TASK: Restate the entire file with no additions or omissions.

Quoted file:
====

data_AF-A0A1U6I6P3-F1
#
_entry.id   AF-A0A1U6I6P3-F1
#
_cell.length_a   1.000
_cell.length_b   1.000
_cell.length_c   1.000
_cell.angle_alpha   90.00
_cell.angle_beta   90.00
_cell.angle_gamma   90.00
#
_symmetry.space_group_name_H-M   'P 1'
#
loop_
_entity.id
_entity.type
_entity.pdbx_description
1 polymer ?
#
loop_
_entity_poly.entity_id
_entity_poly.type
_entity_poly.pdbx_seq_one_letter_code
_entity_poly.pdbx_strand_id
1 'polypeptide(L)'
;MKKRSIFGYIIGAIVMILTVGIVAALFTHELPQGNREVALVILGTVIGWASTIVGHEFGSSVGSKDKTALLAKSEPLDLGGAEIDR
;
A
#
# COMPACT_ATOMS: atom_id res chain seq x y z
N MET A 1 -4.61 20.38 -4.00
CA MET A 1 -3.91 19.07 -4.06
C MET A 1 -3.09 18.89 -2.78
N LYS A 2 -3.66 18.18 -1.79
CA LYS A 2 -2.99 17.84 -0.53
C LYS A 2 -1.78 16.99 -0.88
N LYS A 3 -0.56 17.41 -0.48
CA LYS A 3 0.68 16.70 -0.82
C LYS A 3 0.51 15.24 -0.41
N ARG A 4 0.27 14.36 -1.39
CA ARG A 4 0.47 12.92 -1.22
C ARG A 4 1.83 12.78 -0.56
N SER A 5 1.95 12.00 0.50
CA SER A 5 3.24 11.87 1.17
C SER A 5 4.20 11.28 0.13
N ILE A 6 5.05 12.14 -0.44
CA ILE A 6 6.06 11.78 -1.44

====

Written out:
data_AF-A0A1U6I6P3-F1
#
_entry.id   AF-A0A1U6I6P3-F1
#
_cell.length_a   1.000
_cell.length_b   1.000
_cell.length_c   1.000
_cell.angle_alpha   90.00
_cell.angle_beta   90.00
_cell.angle_gamma   90.00
#
_symmetry.space_group_name_H-M   'P 1'
#
loop_
_entity.id
_entity.type
_entity.pdbx_description
1 polymer ?
#
loop_
_entity_poly.entity_id
_entity_poly.type
_entity_poly.pdbx_seq_one_letter_code
_entity_poly.pdbx_strand_id
1 'polypeptide(L)'
;MKKRSIFGYIIGAIVMILTVGIVAALFTHELPQGNREVALVILGTVIGWASTIVGHEFGSSVGSKDKTALLAKSEPLDLGGAEIDR
;
A
#
# COMPACT_ATOMS: atom_id res chain seq x y z
N MET A 1 -4.61 20.38 -4.00
CA MET A 1 -3.91 19.07 -4.06
C MET A 1 -3.09 18.89 -2.78
N LYS A 2 -3.66 18.18 -1.79
CA LYS A 2 -2.99 17.84 -0.53
C LYS A 2 -1.78 16.99 -0.88
N LYS A 3 -0.56 17.41 -0.48
CA LYS A 3 0.68 16.70 -0.82
C LYS A 3 0.51 15.24 -0.41
N ARG A 4 0.27 14.36 -1.39
CA ARG A 4 0.47 12.92 -1.22
C ARG A 4 1.83 12.78 -0.56
N SER A 5 1.95 12.00 0.50
CA SER A 5 3.24 11.87 1.17
C SER A 5 4.20 11.28 0.13
N ILE A 6 5.05 12.14 -0.44
CA ILE A 6 6.06 11.78 -1.44